Why 'The Invisible Man' Book Ending Is *Nothing* Like The New Movie

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Classic novels can make for great films. But what if an old, beloved book is changed a lot? The new version of The Invisible Man is so different from H.G. Wells' original novel, that you might not even recognize it as the classic story. How The Invisible Man the book ended is in a whole different world than where this new film even begins.

The Invisible Man opens in theaters on Feb. 28 and stars Elisabeth Moss as a woman named Cecilia who is in an abusive relationship with a brilliant scientist named Adrian Griffin (Oliver Jackson-Cohen). Cecilia manages to escape Adrian with the help of her sister (Harriet Dyer), their childhood friend (Aldis Hodge) and his teenage daughter (Storm Reid). But when Adrian allegedly kills himself and leaves his fortune to Cecilia, strange things begin happening that lead Cecilia to believe that Adrian faked his own death, and is actually tormenting her as an invisible man.

The original science fiction novel The Invisible Man, written by H.G. Wells, was published in 1897 and doesn't even have a character named Cecilia in it. The main character of the book is the invisible man himself, a scientist named Griffin. The book opens with the mysterious Griffin arriving at a secluded English town where he takes up residence at an inn. He wears bandages to cover his face, and dresses in many layers of clothing, but initially tries to keep to himself. Soon, however, a burglary occurs and the townsfolk start whispering. When his landlady confronts Griffin about late rent, Griffin turns violent, reveals himself as being invisible, and flees the scene with the angry townspeople at his heels. It's then that the invisible man commits his first murder.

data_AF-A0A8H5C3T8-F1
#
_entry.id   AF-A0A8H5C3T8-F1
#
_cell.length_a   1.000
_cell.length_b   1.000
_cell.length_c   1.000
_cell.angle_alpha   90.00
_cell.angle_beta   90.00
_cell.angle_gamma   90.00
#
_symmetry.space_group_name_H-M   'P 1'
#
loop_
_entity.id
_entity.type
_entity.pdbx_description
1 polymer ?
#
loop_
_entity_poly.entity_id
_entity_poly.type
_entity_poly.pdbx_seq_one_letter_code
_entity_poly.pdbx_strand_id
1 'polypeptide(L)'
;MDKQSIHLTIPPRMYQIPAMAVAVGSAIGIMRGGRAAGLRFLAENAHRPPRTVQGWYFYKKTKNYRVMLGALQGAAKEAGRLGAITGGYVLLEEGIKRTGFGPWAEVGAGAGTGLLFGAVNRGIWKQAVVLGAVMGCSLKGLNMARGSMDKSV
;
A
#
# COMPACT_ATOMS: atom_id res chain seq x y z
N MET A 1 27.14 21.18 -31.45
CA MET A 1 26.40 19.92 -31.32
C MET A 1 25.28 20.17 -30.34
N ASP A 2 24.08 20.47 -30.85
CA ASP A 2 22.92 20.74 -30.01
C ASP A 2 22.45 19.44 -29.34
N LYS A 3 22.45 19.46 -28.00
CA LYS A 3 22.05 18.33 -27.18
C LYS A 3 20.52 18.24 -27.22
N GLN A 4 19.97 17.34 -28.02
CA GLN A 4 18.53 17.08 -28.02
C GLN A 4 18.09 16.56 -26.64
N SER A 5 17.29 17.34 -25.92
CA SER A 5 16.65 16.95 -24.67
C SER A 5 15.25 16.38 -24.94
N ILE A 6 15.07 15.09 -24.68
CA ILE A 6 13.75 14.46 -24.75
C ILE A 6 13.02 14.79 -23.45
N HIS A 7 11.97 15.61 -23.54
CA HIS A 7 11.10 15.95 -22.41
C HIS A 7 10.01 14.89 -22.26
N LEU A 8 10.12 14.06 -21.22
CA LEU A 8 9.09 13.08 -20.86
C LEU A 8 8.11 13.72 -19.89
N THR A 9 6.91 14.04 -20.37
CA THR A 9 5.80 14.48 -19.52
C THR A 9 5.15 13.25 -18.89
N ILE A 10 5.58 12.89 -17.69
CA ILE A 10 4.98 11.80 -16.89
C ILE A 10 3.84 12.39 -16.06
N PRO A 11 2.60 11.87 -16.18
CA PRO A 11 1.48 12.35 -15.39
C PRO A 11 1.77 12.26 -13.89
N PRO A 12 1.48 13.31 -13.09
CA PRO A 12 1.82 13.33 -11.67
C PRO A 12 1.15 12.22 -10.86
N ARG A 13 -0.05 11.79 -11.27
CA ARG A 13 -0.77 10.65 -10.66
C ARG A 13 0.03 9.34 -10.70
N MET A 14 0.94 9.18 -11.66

Griffin, it is revealed, is a brilliant scientist and former medical student who had been experimenting with optics. He tells an acquaintance how he had invented chemicals that made human flesh invisible, but could not figure out how to undo the process. Griffin, driven mad by his invisibility, vows to go on a "Reign of Terror," murdering the townsfolk and former friends who have turned on him. But in the end, the mob beats him to death, his body becoming more and more visible as he dies, calling out for mercy. The 1933 movie changes that a bit, however, with Griffin dying peacefully in a hospital. But the image of a dead invisible man coming back into view is a haunting one.

Ultimately, the reader is meant to feel bad for Griffin. He is the protagonist in Wells' novel, after all, and his death at the hands of a mob is meant to be tragic rather than triumphant. Griffin, according to Wells, is a misunderstood hero. But that's exactly what 2020's The Invisible Man writer and director Leigh Whannell wanted to change.

As he recounts the tale to IGN, Whannell was in a meeting about the idea of a new movie version of the story when, "One of the guys that I was meeting with was saying, 'Well, you know, these movies are hard to write. I mean, if the Invisible Man is the good guy, who's the bad guy? What scares the Invisible Man?' And I said, 'He's not the good guy, he's the bad guy.' And they all said, 'Go on.' ...And the more I thought about it the more intrigued I was, thinking about what the Invisible Man could be. I landed on the story and kind of reverse-engineered it into a concept rather than a story appearing fully formed."


That concept turned out to be an incredibly smart critique of gaslighting, the abusive tactic used to make people think that they're crazy. "It was this idea that no one will believe you that this person is coming after you," Whannell told The Sydney Morning Herald. "The idea of an invisible man playing games with someone, torturing them, wrapped perfectly around the idea of a toxic relationship, somebody trying to escape from someone who was gaslighting them and emotionally abusing them. It was a good metaphor. The script wanted to go in that direction, so I had to follow it."

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